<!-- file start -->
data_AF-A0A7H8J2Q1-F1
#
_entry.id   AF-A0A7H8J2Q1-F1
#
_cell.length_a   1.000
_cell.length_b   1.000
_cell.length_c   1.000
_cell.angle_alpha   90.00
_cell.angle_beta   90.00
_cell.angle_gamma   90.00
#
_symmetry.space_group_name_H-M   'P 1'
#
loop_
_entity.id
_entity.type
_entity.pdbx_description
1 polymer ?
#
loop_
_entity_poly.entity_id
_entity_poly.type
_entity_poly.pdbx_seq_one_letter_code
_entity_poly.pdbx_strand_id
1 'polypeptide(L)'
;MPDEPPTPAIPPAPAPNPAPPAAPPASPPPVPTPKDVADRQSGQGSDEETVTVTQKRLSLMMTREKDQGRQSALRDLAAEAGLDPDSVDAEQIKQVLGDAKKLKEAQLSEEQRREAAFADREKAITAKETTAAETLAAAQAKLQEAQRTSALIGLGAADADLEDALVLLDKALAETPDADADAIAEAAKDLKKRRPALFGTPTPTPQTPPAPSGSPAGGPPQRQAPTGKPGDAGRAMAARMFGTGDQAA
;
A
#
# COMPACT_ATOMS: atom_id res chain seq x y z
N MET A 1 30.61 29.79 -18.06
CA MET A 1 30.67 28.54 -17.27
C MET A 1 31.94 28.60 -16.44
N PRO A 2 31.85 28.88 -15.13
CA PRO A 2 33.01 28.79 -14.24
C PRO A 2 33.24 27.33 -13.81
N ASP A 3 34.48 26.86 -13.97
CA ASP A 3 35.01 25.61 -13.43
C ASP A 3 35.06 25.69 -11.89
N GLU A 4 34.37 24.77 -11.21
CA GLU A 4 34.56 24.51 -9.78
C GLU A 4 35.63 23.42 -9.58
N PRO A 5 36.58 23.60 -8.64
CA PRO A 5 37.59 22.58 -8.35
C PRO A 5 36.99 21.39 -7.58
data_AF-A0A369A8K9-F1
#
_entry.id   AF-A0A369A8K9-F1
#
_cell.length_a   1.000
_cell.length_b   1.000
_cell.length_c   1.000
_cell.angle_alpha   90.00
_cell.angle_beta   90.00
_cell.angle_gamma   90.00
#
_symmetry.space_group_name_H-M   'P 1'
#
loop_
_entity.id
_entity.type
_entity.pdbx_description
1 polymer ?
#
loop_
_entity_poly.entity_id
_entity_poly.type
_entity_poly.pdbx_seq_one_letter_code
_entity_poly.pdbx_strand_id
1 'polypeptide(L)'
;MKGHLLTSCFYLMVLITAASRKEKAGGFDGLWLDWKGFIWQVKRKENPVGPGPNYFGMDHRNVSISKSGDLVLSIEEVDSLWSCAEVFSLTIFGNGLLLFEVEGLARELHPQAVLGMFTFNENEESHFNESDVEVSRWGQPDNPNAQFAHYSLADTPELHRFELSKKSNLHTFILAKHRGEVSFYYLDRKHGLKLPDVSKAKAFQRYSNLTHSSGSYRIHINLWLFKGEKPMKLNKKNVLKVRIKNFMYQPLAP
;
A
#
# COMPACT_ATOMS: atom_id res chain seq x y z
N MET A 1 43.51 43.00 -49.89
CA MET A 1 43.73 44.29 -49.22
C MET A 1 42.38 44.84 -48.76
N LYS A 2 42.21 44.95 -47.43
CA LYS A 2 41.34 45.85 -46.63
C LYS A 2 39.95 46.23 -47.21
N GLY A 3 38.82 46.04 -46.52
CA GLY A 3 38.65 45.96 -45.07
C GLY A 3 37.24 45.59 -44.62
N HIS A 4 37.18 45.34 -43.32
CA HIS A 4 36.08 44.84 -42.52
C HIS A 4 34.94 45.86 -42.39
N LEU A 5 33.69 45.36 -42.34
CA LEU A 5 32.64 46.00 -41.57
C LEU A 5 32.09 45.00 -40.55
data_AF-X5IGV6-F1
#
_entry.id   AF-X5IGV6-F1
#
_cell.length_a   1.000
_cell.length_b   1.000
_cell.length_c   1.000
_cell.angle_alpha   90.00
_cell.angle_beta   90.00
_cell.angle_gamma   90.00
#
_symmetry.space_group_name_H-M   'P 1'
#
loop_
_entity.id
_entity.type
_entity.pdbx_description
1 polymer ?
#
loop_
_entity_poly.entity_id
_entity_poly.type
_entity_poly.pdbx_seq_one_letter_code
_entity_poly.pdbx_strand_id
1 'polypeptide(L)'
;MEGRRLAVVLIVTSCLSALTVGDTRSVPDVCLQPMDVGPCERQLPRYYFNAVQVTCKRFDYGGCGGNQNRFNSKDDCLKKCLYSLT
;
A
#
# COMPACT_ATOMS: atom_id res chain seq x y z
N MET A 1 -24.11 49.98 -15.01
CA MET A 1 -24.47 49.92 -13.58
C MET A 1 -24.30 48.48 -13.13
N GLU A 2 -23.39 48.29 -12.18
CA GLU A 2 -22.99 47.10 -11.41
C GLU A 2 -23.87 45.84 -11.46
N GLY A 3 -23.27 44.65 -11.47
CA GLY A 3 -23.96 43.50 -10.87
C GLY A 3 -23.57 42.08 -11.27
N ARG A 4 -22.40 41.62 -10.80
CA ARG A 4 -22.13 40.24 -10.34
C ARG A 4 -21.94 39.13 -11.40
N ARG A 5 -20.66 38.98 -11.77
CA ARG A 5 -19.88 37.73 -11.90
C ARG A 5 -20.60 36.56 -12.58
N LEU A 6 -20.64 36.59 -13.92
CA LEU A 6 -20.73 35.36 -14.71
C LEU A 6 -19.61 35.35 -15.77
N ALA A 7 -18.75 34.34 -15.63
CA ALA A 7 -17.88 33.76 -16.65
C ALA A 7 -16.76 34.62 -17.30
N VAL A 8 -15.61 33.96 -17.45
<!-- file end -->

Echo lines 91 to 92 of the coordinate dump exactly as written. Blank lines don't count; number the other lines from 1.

data_AF-X5IGV6-F1
#